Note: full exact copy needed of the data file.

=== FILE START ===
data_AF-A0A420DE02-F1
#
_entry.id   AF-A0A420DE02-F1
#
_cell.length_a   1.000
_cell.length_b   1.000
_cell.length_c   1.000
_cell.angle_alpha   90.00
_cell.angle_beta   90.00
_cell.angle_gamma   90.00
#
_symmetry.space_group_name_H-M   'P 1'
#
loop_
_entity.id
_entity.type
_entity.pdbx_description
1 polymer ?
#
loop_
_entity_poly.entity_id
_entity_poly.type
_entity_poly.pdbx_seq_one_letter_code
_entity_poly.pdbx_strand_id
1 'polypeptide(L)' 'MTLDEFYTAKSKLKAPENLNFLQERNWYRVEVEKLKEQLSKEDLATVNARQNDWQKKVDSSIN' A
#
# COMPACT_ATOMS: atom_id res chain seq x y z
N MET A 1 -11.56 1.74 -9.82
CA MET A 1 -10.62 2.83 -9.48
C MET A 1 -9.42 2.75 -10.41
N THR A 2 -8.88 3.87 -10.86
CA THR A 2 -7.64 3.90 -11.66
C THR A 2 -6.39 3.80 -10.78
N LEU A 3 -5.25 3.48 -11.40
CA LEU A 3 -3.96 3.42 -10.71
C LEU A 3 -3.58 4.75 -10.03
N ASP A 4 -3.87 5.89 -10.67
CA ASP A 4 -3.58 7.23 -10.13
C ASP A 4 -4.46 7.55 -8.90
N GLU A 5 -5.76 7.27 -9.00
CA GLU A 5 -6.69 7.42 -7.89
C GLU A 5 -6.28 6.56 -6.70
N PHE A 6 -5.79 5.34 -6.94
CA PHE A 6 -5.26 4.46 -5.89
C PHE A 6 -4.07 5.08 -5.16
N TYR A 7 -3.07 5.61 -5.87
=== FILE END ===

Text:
data_AF-A0A420DE02-F1
#
_entry.id   AF-A0A420DE02-F1
#
_cell.length_a   1.000
_cell.length_b   1.000
_cell.length_c   1.000
_cell.angle_alpha   90.00
_cell.angle_beta   90.00
_cell.angle_gamma   90.00
#
_symmetry.space_group_name_H-M   'P 1'
#
loop_
_entity.id
_entity.type
_entity.pdbx_description
1 polymer ?
#
loop_
_entity_poly.entity_id
_entity_poly.type
_entity_poly.pdbx_seq_one_letter_code
_entity_poly.pdbx_strand_id
1 'polypeptide(L)' 'MTLDEFYTAKSKLKAPENLNFLQERNWYRVEVEKLKEQLSKEDLATVNARQNDWQKKVDSSIN' A
#
# COMPACT_ATOMS: atom_id res chain seq x y z
N MET A 1 -11.56 1.74 -9.82
CA MET A 1 -10.62 2.83 -9.48
C MET A 1 -9.42 2.75 -10.41
N THR A 2 -8.88 3.87 -10.86
CA THR A 2 -7.64 3.90 -11.66
C THR A 2 -6.39 3.80 -10.78
N LEU A 3 -5.25 3.48 -11.40
CA LEU A 3 -3.96 3.42 -10.71
C LEU A 3 -3.58 4.75 -10.03
N ASP A 4 -3.87 5.89 -10.67
CA ASP A 4 -3.58 7.23 -10.13
C ASP A 4 -4.46 7.55 -8.90
N GLU A 5 -5.76 7.27 -9.00
CA GLU A 5 -6.69 7.42 -7.89
C GLU A 5 -6.28 6.56 -6.70
N PHE A 6 -5.79 5.34 -6.94
CA PHE A 6 -5.26 4.46 -5.89
C PHE A 6 -4.07 5.08 -5.16
N TYR A 7 -3.07 5.61 -5.87